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Patient Preparation: No special preparation is required
To detect an abnormal testosterone level in males and females; in males, to help diagnose the cause of erectile dysfunction or the inability of your partner to get pregnant (infertility); in females, to help diagnose the cause of masculine physical features (virilization), infertility, or polycystic ovary syndrome (PCOS); in children, to help determine the cause of genitals that are not clearly male or female (ambiguous genitalia) or delayed or early puberty
Your doctor may recommend this test for you if he sees the signs of high/low testosterone in the blood:
The signs for low testosterone in men include:
Low sex drive
Trouble getting an erection
Loss of muscle mass
The signs for low testosterone in women include:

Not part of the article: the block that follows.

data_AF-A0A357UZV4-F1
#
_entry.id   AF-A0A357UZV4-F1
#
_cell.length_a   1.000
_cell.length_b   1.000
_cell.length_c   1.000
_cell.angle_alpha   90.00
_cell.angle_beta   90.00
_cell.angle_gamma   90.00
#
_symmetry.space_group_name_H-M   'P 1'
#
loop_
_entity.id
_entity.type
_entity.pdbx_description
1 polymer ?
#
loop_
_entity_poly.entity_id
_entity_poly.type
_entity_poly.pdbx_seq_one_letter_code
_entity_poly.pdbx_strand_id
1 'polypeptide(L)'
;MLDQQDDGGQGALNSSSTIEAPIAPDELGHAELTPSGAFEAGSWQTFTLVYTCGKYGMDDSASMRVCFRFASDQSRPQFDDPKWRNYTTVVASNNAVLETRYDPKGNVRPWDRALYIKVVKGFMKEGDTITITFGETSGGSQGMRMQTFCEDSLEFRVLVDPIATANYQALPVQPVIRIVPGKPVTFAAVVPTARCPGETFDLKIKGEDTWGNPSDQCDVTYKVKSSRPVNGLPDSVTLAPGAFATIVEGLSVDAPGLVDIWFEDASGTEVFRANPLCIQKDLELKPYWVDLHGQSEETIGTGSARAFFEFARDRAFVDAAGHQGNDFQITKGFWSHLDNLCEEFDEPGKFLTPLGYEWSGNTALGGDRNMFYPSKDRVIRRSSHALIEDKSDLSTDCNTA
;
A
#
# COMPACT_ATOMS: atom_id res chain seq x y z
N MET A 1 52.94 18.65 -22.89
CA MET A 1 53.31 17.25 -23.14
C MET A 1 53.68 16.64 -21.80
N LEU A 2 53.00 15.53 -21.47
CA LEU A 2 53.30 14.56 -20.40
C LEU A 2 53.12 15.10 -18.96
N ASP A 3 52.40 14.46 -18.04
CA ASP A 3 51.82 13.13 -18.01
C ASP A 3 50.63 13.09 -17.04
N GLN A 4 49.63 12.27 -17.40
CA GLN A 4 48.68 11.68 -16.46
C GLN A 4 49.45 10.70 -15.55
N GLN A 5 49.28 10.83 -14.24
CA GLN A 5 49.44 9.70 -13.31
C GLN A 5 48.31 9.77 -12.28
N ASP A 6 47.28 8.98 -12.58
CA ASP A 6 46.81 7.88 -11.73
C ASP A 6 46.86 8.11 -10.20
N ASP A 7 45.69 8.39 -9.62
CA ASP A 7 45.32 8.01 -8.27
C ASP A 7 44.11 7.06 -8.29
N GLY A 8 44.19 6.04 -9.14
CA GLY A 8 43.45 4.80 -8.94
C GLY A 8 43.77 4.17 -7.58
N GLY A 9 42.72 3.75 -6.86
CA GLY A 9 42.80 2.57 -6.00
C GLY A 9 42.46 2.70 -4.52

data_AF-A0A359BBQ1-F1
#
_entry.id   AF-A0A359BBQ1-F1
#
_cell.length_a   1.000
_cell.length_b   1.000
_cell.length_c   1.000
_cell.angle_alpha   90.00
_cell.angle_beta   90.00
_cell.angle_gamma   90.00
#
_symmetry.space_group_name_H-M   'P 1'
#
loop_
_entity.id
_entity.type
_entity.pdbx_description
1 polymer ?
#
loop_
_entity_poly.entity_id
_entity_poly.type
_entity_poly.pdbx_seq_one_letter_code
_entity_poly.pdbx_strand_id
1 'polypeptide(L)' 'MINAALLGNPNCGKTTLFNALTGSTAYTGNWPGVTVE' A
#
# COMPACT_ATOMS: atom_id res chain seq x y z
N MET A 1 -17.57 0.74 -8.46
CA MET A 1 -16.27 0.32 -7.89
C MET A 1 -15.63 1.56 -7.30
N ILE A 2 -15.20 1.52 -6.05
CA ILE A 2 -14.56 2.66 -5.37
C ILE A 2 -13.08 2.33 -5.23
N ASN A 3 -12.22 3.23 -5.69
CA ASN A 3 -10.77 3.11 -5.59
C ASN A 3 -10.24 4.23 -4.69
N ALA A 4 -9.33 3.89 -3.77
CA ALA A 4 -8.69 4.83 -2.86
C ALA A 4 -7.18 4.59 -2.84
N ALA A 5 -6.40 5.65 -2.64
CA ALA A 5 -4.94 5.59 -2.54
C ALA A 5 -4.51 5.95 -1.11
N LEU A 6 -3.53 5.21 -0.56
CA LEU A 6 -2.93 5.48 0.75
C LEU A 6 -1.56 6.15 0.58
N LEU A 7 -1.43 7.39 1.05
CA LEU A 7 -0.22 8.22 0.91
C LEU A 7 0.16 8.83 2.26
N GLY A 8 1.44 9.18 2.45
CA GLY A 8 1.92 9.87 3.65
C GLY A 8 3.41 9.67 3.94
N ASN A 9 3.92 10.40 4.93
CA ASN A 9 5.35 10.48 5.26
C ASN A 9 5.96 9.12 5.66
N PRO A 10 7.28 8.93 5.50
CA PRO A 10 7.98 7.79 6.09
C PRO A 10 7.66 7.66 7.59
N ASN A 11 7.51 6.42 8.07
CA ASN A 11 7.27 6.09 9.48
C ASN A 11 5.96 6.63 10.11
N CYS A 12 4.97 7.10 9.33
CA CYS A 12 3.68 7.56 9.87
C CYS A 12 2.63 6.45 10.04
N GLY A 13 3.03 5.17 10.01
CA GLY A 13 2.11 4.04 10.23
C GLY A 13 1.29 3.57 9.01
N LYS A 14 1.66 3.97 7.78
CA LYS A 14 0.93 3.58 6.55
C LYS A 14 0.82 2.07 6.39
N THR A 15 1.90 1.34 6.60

Low sex drive
Absence of menstrual cycle
The signs for high testosterone in women include:
Excessive facial hair
Male type baldness
The main sex hormone (androgen) in men is called Testosterone. It is responsible for male physical characteristics. Although it is considered to be a "male" sex hormone, it is present in the blood of women as well.
Testosterone is produced by special endocrine tissue (the Leydig cells) in the male testicles. It is also produced by the adrenal glands in both men and women and, in small amounts, by the ovaries in women.
In males, testosterone stimulates development of secondary sex characteristics, including enlargement of the penis, growth of body hair, muscle development, and a deepening voice. It is present in large amounts in males during puberty and in adult males to regulate the sex drive and maintain muscle mass. In women, testosterone is converted to estradiol, the main sex hormone in females.
Sample: Serum (2 mL)